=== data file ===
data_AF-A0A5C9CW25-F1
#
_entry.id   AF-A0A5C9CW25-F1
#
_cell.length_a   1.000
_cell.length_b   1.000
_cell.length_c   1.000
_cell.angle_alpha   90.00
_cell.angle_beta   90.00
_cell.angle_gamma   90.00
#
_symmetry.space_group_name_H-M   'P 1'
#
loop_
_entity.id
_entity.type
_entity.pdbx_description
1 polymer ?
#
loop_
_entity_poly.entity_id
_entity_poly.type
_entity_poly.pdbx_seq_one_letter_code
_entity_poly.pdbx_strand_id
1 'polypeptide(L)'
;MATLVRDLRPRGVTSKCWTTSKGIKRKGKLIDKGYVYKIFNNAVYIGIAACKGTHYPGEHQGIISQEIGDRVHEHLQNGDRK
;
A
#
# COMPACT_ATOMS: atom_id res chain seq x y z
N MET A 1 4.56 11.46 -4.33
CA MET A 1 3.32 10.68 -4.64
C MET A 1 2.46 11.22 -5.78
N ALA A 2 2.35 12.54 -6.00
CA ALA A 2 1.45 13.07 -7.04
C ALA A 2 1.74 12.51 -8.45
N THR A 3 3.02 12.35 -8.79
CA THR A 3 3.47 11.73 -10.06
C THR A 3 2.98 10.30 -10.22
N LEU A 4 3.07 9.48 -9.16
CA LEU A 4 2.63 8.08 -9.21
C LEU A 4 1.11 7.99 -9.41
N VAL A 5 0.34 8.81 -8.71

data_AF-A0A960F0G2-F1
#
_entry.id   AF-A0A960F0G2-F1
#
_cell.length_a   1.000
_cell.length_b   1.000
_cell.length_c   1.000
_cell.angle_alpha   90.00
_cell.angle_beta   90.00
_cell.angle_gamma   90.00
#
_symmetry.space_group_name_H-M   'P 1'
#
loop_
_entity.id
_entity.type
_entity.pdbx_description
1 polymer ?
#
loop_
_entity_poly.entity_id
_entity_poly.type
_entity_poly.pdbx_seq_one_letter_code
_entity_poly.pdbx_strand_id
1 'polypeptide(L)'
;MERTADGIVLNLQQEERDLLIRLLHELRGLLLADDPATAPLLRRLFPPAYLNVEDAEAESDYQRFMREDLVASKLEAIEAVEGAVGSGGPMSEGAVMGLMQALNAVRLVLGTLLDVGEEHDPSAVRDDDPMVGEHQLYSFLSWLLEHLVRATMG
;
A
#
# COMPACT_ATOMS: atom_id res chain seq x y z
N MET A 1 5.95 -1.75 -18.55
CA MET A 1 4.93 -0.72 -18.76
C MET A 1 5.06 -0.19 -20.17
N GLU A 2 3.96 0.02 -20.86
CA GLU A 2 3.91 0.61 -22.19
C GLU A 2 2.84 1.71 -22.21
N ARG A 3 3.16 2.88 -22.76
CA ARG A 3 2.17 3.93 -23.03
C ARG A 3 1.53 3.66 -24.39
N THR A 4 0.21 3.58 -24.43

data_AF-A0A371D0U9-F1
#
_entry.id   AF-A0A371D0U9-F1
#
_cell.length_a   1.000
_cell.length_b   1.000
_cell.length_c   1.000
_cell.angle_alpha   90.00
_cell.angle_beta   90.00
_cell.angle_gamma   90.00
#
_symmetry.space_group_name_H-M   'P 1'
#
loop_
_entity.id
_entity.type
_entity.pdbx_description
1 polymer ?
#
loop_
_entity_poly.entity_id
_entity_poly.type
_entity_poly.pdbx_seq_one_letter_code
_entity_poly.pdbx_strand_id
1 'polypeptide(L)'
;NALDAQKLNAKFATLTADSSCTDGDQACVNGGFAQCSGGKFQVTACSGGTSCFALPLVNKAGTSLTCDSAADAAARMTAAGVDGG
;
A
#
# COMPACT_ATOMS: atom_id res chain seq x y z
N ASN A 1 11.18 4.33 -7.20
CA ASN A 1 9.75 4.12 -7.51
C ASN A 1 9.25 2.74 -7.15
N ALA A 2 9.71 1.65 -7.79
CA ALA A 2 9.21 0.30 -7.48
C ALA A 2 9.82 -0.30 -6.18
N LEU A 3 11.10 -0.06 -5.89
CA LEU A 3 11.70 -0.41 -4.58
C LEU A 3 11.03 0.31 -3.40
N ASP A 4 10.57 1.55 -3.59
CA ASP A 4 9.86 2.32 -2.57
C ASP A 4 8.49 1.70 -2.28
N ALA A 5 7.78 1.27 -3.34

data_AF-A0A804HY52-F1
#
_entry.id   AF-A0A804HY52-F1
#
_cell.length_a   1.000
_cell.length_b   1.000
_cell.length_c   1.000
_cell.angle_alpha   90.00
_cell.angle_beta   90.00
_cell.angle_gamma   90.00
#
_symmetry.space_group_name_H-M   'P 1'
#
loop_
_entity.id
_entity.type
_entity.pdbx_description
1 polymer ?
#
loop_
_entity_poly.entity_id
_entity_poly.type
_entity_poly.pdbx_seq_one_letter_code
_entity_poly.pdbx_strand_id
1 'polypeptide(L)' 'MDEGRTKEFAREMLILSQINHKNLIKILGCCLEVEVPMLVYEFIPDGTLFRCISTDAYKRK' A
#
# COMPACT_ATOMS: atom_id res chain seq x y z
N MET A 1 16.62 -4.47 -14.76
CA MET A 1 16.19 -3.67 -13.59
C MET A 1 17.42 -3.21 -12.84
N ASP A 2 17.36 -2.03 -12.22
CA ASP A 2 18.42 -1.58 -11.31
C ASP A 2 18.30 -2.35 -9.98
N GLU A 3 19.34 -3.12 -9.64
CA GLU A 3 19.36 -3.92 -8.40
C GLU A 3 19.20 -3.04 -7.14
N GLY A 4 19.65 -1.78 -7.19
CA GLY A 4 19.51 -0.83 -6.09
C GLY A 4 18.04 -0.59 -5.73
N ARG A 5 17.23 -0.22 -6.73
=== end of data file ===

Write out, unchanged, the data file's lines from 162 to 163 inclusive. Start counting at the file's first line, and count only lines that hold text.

C GLU A 3 19.20 -3.04 -7.14
N GLY A 4 19.65 -1.78 -7.19